When I went to college I knew that I wanted to learn more about business. Accounting is the meat and potatoes of business. Knowing and understanding financial statements, transaction accounting, and taxes has always been important to my family since my dad is a small business owner.
On the flip side, my family has always had an eye on politics. So much of what happens in politics can have a direct impact on a small business. From an early age I remember raucous debates between my dad, grandpa, and uncles after holiday meals about the state of the economy, new laws and regulations, taxes, the state of the world, and the state of our country.
Life from a young age, set me on a path to obtain my dual degrees in accounting and political science. What could be more elemental to tax studies than the politics that go into creating the legislation that dictates how income (for tax purposes) is calculated?
I’ve written before about my experience in international politics. However, even more fundamental to my political education was learning how important it is to know your elected officials. One of the most meticulous websites for cataloging voting records, speeches, and interest group endorsements on practically every politician active in an election, in one place, is Project Vote Smart (VoteSmart.org).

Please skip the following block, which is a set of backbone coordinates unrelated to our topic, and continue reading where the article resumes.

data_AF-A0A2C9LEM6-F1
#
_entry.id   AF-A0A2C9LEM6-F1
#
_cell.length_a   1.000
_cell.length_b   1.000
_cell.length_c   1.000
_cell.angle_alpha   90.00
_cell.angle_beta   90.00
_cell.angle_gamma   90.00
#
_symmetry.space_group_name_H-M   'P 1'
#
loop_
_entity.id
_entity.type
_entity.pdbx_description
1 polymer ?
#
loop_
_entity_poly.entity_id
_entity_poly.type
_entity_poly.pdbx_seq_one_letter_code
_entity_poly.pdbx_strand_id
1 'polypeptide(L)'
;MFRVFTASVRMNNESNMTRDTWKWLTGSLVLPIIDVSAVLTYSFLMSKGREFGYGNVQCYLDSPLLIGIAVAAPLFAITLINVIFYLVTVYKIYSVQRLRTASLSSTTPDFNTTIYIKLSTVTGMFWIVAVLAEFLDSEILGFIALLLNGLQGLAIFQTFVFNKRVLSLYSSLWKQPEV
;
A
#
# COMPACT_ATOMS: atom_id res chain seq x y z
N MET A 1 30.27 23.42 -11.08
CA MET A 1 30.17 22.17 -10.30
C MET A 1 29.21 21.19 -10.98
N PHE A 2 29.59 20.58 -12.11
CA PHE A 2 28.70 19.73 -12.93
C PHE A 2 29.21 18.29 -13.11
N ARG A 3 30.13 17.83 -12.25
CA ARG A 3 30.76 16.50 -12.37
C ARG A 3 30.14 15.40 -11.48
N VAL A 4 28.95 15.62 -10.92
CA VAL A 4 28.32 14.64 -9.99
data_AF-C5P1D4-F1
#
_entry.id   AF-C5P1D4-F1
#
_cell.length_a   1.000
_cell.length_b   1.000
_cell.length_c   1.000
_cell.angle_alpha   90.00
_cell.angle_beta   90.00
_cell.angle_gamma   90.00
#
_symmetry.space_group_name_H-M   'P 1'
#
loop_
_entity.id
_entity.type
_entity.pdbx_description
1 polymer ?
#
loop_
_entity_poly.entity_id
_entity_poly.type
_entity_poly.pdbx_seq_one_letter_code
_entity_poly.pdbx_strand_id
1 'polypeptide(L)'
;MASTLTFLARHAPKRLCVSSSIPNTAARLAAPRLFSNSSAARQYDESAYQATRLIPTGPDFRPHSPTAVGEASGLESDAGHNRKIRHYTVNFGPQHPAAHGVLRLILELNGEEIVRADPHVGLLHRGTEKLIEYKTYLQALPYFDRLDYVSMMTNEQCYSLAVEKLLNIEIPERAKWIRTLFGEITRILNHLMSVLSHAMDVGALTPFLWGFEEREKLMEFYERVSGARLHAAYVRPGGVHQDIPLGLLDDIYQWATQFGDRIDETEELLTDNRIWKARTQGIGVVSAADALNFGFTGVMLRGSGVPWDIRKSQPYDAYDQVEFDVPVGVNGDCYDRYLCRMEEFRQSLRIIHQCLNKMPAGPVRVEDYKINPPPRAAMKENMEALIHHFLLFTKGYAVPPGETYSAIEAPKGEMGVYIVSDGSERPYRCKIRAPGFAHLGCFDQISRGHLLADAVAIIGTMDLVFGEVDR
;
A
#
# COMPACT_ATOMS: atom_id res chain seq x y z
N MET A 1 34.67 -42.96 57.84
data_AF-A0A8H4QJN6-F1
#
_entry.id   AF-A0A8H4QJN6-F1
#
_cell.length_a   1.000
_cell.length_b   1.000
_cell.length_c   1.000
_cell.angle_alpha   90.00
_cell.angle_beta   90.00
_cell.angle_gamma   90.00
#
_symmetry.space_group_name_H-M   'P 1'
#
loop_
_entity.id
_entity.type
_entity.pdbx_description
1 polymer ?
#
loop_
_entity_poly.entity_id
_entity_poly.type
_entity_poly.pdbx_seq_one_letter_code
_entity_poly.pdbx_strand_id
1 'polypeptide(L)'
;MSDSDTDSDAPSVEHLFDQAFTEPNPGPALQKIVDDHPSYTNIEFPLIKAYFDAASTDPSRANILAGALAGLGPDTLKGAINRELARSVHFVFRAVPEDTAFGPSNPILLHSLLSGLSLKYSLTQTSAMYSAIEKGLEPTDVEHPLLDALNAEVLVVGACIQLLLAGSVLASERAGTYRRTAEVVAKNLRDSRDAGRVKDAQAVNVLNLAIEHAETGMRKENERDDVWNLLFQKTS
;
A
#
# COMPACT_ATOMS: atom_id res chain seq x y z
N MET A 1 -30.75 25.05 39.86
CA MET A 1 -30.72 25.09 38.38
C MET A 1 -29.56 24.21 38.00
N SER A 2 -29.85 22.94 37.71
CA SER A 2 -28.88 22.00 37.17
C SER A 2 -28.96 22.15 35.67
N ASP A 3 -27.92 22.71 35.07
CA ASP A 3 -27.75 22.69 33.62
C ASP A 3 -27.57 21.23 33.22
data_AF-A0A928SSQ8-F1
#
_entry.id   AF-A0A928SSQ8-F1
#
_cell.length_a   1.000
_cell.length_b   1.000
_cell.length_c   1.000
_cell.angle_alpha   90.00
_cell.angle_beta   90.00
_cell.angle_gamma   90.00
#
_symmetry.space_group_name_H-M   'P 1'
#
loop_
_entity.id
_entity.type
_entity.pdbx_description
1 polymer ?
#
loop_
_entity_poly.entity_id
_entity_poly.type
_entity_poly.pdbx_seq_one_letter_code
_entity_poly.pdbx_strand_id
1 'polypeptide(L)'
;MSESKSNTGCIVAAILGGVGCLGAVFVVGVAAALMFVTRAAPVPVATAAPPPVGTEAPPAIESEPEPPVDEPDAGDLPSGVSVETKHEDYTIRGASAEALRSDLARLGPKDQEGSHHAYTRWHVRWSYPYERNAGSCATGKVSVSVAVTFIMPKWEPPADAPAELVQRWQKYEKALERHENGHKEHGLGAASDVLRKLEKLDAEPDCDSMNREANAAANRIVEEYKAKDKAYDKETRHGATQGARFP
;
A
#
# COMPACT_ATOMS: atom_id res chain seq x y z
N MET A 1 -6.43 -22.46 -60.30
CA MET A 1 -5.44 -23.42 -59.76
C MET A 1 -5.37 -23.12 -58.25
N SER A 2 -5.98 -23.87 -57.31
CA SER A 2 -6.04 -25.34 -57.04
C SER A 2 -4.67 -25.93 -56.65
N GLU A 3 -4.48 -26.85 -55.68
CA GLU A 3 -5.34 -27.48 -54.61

The summer before the 2004 presidential election, I was one of the lucky 30 or so college students selected to bunk in the Rocky Mountains at 1 Common Ground Lane on the Great Divide Ranch for the summer to assist with the process of collecting and cataloging all the information we could find for every candidate possible.
The task at hand was tedious and repetitive, but it was/is so important. Even now, before I go to the poles I go to VoteSmart.org to learn as much as I can about the candidates on my sample ballot. Project Vote Smart does not give you spin. The site provides hard sourced information and lets you make up your own mind about who you want to support.
Independent resources like VoteSmart.org allow me as an independent thinker and voter to decide for myself who will best represent me and the interests of my community.
Though the ranch has been sold and the HQ of Project Vote Smart have moved to Iowa, my memories from the summer of 2004 and the importance of providing hard sourced information to voters are priceless.
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